Within this framework, the Ministry of Tourism is implementing policy to diversify the tourism product, upgrade tourism infrastructure and embed the tourism sector in the local economy. These actions aim to create high quality jobs, increase visitor expenditure, disperse demand and protect and improve natural and cultural resources, as well as create positive spill-over effects into the wider national economy.

To improve connectivity throughout the country, Greece has prioritised interventions that facilitate access by visitors to remote or hard to reach areas on both land and water (roads, motorways and ports). Investments are also progressing with a number of regional airports. In particular, five airports will be completed by the end of 2019 under an agreement with German investment partner Fraport, while the whole programme of airport upgrades is expected to be concluded at the end of 2021. Improved access along with the promotion of lesser known destinations is expected to spread the benefits of tourism to many other parts of the territory (Box 3.11).

Α top policy priority is to develop a new strategic plan for sustainable tourism with a long-term horizon, providing guidelines for policy implementation, stimulating development projects and creating partnerships, and for these actions to be strengthened by adopting a whole-of-government approach.

Other policy initiatives currently being developed include a range of cross-cutting activities with other ministries and the private sector such as:

  • A major public-private sector collaboration to stimulate the development of maritime tourism by improving and enhancing the national network of tourist ports.

  • Implementation of practical traineeships in the tourism sector for students in post-secondary education and the operation of vocational training programmes to boost skills and employability.

  • Improvements to tourist guides’ education and licencing.

  • A new Inter-Ministerial Working Group to improve co-operation and co-ordination between the Ministry of Tourism and the Ministry of Culture and Sports on issues of common interest.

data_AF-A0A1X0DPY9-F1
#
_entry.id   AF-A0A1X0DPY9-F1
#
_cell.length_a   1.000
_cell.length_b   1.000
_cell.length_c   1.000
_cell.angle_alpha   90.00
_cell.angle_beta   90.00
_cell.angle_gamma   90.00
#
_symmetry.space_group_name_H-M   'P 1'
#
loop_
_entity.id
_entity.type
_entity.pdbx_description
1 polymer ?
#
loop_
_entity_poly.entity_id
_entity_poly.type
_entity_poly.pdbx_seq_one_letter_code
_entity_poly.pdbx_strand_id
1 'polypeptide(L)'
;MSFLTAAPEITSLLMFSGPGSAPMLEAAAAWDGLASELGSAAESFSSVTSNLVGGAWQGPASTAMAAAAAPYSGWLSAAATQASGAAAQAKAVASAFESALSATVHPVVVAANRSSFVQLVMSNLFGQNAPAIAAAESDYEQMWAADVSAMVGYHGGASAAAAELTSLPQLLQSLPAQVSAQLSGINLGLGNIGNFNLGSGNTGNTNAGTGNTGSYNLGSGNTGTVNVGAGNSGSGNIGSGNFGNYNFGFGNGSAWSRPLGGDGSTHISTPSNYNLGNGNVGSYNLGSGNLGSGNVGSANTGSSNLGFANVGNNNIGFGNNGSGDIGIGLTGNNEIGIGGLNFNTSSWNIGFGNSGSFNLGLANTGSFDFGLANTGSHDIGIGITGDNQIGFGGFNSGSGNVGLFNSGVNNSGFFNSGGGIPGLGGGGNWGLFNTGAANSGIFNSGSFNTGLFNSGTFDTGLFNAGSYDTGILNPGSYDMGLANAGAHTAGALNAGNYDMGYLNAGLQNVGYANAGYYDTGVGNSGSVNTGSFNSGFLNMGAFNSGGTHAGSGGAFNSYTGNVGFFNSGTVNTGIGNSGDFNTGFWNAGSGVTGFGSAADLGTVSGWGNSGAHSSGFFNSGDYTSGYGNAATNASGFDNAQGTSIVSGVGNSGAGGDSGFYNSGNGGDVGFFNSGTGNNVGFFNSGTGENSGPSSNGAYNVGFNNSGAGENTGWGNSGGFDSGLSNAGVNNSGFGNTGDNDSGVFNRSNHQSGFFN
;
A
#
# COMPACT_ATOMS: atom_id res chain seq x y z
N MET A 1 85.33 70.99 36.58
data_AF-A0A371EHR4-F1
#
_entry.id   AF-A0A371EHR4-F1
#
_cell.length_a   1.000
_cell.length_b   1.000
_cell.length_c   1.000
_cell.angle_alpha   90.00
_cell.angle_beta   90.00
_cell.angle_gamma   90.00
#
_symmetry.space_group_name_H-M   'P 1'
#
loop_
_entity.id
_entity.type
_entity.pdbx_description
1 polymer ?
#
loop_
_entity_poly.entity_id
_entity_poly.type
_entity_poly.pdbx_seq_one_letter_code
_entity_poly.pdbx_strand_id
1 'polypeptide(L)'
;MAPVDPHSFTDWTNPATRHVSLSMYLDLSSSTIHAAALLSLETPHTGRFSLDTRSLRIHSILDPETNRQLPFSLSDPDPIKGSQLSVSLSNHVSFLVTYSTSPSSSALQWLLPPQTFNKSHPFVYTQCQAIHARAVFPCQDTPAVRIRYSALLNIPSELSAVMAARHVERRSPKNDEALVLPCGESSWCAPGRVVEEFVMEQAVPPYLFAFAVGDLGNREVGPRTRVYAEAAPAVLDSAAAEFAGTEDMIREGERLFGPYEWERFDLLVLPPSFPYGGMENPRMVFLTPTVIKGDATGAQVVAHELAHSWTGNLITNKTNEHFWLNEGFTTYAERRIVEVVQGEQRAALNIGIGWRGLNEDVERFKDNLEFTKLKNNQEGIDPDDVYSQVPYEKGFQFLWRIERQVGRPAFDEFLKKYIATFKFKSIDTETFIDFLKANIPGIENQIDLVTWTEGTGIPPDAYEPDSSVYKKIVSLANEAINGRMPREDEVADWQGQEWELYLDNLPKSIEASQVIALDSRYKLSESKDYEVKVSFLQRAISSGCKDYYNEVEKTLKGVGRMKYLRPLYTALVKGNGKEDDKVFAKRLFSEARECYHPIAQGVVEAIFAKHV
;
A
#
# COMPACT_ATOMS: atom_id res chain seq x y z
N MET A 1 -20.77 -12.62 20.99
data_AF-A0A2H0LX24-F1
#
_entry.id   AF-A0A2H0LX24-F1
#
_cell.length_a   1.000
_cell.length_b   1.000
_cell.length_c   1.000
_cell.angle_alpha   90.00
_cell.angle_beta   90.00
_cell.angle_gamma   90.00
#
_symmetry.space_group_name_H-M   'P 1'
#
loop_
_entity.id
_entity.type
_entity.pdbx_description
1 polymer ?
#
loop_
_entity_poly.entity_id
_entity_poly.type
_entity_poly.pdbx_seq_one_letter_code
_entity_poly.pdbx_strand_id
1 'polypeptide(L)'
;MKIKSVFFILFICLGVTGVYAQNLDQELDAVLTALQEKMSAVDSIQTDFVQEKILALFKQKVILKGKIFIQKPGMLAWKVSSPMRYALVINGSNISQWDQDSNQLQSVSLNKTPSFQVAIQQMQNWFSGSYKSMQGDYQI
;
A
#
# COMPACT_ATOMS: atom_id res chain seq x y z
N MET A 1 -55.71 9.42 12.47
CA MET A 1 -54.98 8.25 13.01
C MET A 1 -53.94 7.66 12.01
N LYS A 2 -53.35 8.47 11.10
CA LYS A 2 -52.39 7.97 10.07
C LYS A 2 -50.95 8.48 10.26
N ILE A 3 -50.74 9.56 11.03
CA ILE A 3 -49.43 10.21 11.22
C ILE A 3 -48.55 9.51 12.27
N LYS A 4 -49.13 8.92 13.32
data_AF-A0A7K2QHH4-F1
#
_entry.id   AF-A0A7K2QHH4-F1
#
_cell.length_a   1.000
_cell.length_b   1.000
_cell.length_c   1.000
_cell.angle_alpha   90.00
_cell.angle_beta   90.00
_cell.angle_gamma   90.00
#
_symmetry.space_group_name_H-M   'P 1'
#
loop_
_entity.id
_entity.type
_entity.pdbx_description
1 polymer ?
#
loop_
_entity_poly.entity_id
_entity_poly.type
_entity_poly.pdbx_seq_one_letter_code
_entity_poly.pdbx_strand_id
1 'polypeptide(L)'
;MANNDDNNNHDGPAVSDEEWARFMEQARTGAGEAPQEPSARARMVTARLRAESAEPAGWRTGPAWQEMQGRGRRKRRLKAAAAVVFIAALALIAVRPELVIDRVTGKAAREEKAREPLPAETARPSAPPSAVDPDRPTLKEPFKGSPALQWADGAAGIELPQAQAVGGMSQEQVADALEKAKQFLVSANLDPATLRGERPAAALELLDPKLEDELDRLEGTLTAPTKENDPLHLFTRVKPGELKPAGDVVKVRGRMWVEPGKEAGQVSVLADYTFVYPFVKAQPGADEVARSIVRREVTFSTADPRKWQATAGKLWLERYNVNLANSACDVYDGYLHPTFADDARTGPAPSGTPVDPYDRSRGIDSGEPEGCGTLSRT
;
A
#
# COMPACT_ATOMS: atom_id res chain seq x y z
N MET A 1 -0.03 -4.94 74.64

• A partnership with the Hellenic Statistical Authority to improve inbound tourism statistics and other data on occupancy, industry structure.

A key challenge for the tourism sector in Greece is congestion caused by excessive volumes of tourists, especially during the peak summer season. New legislation relating to the development of thematic products creates the institutional framework to enable product differentiation, with the ultimate strategic goal of reducing acute seasonality. Working closely alongside major tour operators, the plan aims to highlight emerging destinations and attract visitors to experience lesser known places and assets during the shoulder months. The new legislation recognises sea, spa, sports, rural, religious, meetings incentives conferences and events (MICE), and health tourism as key growth opportunities. Recent legislation has also helped modernise the operation of the tourism value chain - by supporting entrepreneurship and improving skills in order to capitalise on new markets that demand authentic and sustainable experiences.

The Greek National Tourism Organisation’s Tourism Marketing Plan 2019-20 distinguishes the competitive advantages of each of the 13 Regions, and proposes a range of dynamic packages combining well known destinations with new, emerging destinations, offering travellers a variety of choices throughout the year. The Marketing Plan showcases the hidden attractions of each region, raises the awareness of both domestic and inbound visitors to result in the dispersal of tourism demand throughout the year. Furthermore, the Ministry of Tourism has worked closely with the European Bank for Reconstruction and Development to roll out management plans to promote sustainable tourism in two of the country’s most popular holiday islands: Rhodes and Santorini. The plans aim to help the islands’ businesses and local communities to ensure that the destinations are developed, managed and promoted in a sustainable, inclusive and integrated way, with a clear focus on residents. In addition, a training guide will lay the foundations for extending relevant practices across the country.

Embracing digital transformation is a further key priority, and planned development will create a digital ecosystem for Greek tourism using four strategic pillars: digital transformation of services to citizens and enterprises; digital upgrading of tourism education; an integrated system of online data collection and processing; and utilisation of new technologies in tourism promotion.